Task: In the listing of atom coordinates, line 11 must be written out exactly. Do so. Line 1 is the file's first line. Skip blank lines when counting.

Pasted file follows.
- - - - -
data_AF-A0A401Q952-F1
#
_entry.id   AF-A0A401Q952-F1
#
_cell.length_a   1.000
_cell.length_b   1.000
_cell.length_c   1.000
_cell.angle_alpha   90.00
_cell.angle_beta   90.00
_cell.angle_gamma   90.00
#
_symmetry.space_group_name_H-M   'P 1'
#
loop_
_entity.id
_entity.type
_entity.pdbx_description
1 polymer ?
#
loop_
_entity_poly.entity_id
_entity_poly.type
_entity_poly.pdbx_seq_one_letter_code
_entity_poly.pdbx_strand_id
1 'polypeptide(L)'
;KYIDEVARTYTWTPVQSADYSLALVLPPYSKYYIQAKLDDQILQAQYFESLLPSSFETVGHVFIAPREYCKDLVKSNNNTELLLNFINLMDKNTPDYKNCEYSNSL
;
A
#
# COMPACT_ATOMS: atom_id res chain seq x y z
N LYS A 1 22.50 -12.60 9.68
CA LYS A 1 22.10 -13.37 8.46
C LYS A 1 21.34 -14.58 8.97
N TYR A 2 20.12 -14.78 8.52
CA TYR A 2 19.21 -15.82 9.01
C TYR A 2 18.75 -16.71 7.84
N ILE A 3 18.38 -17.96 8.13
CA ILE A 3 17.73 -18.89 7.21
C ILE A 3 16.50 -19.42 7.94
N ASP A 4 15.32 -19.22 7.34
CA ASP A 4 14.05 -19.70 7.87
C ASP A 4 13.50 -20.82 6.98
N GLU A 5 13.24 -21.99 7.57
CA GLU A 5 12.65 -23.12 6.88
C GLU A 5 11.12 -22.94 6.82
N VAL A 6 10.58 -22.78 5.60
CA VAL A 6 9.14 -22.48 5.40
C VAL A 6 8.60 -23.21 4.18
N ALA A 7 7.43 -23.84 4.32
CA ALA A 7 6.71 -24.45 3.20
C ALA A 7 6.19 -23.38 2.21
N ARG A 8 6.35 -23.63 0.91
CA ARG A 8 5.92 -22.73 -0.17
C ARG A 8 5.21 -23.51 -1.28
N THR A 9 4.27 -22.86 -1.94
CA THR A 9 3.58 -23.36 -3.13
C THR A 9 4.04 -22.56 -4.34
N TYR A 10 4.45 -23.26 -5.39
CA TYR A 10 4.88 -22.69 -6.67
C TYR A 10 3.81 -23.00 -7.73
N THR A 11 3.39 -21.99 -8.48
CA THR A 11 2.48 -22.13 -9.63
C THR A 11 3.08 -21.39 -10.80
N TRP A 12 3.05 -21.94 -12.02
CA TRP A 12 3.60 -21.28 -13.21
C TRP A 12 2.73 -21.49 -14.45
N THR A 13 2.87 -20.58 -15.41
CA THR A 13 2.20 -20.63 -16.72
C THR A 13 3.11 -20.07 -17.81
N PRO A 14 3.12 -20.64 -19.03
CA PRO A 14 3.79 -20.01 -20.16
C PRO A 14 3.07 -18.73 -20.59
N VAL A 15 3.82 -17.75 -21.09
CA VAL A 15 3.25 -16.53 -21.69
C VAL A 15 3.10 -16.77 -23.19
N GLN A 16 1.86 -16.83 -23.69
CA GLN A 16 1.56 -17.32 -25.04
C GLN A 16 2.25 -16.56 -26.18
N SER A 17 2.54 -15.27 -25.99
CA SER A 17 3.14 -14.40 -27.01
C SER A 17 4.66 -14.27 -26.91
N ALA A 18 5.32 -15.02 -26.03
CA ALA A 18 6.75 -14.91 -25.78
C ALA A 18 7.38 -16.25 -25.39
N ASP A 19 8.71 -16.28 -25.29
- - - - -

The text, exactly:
#